Rape & Sexual Violence and abuse are not topics that many people feel able or want to discuss – it is surrounded by myths, taboos, and stereotypes. Survivors fear disclosing as they feel that they may not be believed that they will be judged, people will look at them differently. Some feel shame, self-blame, anger, guilt, helplessness, and some may still be in daily contact with the person(s) who abused them. It is often a complex picture, impacting upon relationships past and present with others and with the self.
The sheer scale of sexual violence is staggering:
- 1 in 4 women have been raped or sexually assaulted as an adult.
- 1 in 6 children have been sexually abused.
- 1 in 20 men have been raped or sexually assaulted as an adult.
Let those numbers sink in for a while, think about the people you know, the ones you work with, the ones you love. It is not an easy ask, it is not easy to think about people you care about being abused, raped, violated, repeatedly. It is not easy to think about if you are the one that it happened to.
Sexual violence is endemic in our society. 5 million women in England and Wales have been raped or sexually assaulted since the age of 16. And the response is appalling:
- The highest ever number of rapes within a 12-month period was recorded by police in the year ending March 2022 was 70,330.
- In that same time period, charges were brought in just 2,223 rape cases.
But bear in mind that this is the tip of the iceberg – most survivors of rape don't report it to the police.
- 5 in 6 women who are raped don’t report.
- 4 in 5 men who are raped don’t report.
But they do tell other people.
I have worked within the sexual violence field since 2002, when I first started on my counselling placement and have had the huge privilege of leading a specialist sexual violence service – West Mercia Rape & Sexual Abuse Support Centre (www.wmrsasc.org.uk) since 2004. We work with women, men and children (aged 5+) who have experienced any form of rape, sexual violence, abuse, exploitation or harassment at any time in their lives. We have a range of services including therapy/counselling, advocacy, and a whole host of CPD training (www.purpleleaf.org.uk). We are committed to working to raise awareness of sexual violence in all its forms, to provide support and to deliver preventative work.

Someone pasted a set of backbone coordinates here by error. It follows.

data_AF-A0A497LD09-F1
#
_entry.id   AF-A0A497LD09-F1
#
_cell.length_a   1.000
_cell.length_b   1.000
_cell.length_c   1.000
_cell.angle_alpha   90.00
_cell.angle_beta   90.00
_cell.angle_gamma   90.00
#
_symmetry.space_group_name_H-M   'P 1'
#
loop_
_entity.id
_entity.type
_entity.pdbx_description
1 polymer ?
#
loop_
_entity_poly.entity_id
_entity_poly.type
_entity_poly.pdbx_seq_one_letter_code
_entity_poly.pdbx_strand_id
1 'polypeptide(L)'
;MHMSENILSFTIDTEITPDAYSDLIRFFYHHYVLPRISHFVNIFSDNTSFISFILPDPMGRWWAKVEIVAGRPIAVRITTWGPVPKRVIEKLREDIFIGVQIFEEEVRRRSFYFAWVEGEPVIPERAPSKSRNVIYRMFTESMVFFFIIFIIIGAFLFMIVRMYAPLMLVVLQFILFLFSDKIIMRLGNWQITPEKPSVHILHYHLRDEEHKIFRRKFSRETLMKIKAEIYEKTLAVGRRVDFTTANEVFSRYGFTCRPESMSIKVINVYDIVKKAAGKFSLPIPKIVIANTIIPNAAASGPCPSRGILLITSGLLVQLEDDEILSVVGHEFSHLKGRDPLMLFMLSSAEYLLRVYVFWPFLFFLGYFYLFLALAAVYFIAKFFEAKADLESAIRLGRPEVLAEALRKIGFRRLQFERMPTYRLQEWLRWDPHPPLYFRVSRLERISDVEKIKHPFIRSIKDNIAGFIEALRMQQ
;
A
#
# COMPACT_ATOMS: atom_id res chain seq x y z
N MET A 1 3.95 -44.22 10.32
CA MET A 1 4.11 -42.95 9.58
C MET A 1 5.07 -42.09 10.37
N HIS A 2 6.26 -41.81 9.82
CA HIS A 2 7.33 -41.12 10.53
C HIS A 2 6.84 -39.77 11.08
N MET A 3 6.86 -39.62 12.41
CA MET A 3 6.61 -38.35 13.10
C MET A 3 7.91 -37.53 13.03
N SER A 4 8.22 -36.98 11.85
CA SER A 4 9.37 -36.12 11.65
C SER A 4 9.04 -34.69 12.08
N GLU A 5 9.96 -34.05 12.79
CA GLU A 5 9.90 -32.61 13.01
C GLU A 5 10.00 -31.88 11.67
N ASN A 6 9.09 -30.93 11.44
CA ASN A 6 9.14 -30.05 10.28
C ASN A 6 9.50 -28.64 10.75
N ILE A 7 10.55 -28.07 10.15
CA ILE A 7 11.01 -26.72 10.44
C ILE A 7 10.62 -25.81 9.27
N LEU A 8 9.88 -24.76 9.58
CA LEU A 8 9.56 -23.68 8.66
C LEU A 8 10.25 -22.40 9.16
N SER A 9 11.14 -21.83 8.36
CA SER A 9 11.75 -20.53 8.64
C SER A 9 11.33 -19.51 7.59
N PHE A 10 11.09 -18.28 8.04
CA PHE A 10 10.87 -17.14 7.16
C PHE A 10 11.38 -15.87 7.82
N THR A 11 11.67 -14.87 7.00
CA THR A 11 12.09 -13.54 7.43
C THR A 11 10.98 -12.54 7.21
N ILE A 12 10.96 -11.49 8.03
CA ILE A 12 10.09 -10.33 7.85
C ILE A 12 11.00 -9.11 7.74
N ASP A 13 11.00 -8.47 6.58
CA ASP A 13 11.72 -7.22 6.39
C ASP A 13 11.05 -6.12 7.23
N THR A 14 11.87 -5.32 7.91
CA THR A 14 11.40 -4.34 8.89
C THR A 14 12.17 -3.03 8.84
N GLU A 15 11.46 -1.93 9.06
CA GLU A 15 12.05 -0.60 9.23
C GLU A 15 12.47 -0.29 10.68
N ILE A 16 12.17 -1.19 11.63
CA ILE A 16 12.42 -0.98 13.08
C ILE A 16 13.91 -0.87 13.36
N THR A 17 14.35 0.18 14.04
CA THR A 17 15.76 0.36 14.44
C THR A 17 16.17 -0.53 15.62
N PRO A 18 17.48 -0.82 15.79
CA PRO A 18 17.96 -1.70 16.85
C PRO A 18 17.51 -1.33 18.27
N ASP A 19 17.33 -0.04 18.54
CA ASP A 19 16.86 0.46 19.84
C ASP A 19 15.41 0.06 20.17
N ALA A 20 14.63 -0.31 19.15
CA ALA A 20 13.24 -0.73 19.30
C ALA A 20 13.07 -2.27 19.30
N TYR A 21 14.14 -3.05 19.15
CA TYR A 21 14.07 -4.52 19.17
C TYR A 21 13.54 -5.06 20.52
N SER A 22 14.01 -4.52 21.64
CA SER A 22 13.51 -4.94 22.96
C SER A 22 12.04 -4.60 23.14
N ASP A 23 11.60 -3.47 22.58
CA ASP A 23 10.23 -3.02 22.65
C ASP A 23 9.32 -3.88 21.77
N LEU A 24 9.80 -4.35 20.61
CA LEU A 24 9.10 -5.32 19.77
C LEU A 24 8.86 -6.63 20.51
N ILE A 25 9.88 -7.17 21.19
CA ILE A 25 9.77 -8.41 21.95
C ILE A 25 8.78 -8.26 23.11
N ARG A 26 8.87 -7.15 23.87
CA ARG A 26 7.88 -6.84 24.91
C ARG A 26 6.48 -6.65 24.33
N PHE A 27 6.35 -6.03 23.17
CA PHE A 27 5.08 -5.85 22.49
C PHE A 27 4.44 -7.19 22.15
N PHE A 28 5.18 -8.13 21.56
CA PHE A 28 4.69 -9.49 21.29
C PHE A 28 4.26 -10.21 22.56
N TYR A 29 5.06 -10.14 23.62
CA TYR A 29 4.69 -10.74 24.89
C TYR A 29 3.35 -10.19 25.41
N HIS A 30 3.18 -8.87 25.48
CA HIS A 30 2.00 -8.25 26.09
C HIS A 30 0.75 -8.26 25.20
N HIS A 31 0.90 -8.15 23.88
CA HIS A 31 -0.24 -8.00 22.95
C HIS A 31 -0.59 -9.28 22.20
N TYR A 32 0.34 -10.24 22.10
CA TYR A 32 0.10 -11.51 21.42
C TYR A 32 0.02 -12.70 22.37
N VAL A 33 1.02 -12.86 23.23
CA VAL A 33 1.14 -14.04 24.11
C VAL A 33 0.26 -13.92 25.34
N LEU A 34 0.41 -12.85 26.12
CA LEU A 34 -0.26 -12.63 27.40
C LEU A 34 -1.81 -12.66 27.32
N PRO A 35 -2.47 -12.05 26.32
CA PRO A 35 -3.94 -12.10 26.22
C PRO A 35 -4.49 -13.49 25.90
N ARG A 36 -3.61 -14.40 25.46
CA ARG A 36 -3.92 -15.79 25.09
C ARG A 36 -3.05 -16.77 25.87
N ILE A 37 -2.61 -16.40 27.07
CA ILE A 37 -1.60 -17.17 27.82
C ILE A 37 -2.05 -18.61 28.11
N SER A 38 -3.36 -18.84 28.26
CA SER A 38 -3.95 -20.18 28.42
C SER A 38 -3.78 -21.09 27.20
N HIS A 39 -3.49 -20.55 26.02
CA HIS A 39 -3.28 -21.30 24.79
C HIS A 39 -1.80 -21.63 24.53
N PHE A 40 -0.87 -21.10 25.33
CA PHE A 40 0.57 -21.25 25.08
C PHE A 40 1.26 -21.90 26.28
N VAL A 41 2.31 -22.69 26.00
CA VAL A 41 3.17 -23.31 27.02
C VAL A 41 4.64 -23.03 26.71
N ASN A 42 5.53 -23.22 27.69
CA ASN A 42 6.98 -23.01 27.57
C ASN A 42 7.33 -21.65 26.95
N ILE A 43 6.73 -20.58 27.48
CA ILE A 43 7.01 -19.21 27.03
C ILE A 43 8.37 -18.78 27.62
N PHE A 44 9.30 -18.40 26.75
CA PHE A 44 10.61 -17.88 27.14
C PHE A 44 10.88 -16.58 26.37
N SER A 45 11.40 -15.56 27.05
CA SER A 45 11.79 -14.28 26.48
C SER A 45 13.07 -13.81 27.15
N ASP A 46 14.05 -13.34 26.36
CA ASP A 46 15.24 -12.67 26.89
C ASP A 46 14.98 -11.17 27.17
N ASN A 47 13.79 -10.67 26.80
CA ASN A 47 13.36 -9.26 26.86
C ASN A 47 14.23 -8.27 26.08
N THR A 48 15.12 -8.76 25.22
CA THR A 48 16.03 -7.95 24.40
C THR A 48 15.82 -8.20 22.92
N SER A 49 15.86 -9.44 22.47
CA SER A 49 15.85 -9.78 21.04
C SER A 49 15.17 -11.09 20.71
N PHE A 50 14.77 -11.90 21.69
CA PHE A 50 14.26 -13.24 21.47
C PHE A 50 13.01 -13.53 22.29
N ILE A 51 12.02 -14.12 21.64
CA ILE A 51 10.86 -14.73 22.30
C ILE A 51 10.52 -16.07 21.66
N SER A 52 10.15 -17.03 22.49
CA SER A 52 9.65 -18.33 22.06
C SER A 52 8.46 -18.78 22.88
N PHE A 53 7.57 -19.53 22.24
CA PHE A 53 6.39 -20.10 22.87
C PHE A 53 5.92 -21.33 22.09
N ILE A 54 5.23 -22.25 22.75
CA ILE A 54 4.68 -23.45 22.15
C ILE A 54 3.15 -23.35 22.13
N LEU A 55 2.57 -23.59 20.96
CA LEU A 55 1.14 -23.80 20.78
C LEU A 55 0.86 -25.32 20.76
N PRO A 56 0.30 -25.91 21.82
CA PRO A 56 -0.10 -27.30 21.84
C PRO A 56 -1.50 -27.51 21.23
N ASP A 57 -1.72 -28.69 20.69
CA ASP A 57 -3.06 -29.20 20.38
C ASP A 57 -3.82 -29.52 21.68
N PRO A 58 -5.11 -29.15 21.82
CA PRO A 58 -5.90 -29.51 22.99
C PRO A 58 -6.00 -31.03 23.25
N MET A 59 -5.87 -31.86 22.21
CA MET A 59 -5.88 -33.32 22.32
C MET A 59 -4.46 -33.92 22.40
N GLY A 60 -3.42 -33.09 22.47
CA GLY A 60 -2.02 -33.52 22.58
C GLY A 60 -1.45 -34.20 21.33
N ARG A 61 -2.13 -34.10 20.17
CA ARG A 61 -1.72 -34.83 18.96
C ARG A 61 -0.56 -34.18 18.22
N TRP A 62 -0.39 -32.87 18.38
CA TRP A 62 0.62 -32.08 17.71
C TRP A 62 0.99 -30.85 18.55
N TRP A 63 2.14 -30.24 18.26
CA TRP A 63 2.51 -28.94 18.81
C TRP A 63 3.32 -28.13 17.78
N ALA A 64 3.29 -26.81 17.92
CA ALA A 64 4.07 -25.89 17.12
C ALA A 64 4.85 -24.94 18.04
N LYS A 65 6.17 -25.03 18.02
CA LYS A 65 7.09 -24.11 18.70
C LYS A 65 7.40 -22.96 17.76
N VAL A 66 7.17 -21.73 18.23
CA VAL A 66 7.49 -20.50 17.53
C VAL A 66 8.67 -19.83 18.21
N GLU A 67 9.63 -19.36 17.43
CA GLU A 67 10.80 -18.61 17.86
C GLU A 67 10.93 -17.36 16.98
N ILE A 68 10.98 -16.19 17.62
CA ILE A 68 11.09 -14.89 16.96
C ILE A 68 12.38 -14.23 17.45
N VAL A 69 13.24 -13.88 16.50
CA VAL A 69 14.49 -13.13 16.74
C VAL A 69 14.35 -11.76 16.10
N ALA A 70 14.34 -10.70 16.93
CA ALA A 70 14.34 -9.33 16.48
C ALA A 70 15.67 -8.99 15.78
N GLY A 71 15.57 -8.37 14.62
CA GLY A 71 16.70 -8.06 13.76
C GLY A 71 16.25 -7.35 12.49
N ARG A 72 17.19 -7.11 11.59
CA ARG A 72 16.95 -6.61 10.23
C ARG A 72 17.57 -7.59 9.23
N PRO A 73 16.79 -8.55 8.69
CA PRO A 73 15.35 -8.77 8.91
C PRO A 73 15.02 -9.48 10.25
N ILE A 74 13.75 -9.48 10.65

Often people will comment on how difficult it must be, how depressing or ask how do you leave it at work? My response is generally the same, it can be tough, upsetting and filled with sorrow but (and this is a big but), to know that people have been able to share their experiences with me, to have that level of trust in me as a person and as a professional, to give me the opportunity to share their journey, see them change and eventually move on, is incredible, survivors are awe inspiring. It is a gift, it fuels the passion to make a change in society, to challenge inequalities and to shine a light on perpetrator behaviours, to make a difference. To hopefully change things for the future so that whilst survivors receive the support they need, when they need it for now, the hope is that eventually, services like mine will be a thing of the past.
Stats : Rape Crisis E&W, 2022
With thanks to Jocelyn Anderson, NCS' Sexual Violence and Abuse Ambassador, for this blog post.